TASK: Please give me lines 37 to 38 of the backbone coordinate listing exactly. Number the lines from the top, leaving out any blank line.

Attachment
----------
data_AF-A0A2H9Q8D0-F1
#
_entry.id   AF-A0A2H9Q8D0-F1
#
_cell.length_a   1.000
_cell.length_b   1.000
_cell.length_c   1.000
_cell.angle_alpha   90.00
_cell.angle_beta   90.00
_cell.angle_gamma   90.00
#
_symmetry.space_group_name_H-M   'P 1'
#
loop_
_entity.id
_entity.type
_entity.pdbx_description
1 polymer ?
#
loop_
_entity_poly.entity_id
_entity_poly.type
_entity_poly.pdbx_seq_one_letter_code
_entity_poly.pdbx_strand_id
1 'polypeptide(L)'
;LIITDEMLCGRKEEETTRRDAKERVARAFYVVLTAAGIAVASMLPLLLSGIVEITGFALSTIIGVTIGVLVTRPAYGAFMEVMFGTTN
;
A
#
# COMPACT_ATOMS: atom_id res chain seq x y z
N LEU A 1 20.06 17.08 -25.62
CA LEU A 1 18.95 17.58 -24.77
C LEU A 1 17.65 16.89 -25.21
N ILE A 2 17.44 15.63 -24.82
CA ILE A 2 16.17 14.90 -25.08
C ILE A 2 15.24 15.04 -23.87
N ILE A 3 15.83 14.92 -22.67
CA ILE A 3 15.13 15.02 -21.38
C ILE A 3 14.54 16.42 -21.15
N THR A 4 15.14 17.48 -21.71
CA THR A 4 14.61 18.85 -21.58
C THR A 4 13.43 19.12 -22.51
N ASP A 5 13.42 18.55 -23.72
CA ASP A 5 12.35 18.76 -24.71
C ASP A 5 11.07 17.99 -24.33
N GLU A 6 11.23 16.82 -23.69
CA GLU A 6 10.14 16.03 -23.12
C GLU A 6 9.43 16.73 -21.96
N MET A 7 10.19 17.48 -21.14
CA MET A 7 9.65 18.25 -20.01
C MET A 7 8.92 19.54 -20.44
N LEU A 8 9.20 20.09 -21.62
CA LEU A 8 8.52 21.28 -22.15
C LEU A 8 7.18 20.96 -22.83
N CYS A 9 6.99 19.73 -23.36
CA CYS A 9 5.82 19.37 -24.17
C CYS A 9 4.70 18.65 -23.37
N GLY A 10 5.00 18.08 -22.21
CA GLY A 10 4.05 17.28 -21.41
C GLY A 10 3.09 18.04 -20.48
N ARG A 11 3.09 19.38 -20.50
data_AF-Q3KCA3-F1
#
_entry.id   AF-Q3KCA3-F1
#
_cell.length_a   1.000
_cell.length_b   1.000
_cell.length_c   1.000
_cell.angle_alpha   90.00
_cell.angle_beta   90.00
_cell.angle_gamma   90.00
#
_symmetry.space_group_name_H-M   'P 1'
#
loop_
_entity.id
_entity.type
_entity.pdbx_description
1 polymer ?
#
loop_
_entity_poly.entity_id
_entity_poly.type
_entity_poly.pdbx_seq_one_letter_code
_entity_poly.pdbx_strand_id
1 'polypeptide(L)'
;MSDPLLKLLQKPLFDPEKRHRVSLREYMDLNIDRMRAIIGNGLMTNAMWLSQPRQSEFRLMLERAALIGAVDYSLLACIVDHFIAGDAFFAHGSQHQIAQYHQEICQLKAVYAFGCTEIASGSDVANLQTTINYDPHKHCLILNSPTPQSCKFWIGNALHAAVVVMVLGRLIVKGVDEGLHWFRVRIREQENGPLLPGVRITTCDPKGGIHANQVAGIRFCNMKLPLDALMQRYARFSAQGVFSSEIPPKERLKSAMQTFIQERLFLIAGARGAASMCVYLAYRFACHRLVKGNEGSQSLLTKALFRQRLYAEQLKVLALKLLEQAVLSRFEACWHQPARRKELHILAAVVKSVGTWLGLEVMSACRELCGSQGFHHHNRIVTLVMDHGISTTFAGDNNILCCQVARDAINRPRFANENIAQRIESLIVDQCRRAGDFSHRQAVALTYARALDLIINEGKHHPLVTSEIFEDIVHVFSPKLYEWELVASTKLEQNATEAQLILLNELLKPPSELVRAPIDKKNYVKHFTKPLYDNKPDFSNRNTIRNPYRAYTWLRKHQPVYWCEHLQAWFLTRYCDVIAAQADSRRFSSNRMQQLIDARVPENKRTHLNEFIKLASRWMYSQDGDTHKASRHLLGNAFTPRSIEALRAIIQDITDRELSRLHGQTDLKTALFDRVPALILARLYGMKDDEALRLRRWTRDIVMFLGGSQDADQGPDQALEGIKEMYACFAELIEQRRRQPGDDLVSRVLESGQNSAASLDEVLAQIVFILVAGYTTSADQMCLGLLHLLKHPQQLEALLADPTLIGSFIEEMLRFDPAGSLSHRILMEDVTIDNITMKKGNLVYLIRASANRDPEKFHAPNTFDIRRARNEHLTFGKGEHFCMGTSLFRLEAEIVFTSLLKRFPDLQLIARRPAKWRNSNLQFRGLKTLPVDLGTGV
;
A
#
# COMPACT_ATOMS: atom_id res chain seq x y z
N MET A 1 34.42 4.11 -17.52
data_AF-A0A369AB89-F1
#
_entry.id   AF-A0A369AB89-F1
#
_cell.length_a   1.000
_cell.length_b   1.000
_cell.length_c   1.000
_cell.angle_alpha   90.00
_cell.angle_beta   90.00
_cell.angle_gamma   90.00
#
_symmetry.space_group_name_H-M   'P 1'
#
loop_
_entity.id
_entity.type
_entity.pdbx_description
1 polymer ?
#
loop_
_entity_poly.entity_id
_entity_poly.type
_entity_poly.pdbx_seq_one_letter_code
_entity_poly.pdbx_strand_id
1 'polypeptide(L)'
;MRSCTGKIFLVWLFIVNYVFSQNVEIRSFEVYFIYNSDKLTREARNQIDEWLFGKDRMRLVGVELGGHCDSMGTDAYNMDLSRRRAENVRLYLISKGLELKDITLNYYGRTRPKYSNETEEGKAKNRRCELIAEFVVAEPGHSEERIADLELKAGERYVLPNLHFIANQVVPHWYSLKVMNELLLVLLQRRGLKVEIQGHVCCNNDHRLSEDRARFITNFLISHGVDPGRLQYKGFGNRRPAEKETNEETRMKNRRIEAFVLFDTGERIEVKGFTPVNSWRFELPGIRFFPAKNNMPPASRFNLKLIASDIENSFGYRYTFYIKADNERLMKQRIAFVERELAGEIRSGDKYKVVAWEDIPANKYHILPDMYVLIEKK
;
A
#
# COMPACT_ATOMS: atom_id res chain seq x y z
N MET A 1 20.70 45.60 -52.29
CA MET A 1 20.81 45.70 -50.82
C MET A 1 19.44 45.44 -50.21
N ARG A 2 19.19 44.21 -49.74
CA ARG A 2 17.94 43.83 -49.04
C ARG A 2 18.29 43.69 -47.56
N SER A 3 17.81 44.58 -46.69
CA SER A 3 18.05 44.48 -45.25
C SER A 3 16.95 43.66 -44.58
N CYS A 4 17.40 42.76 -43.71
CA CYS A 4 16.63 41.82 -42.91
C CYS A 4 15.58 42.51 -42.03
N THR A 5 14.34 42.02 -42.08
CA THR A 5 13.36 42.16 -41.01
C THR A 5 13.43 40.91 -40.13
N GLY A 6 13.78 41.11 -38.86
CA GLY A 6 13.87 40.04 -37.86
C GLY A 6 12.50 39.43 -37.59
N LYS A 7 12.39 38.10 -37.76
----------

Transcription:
N ILE A 3 15.83 14.92 -22.67
CA ILE A 3 15.13 15.02 -21.38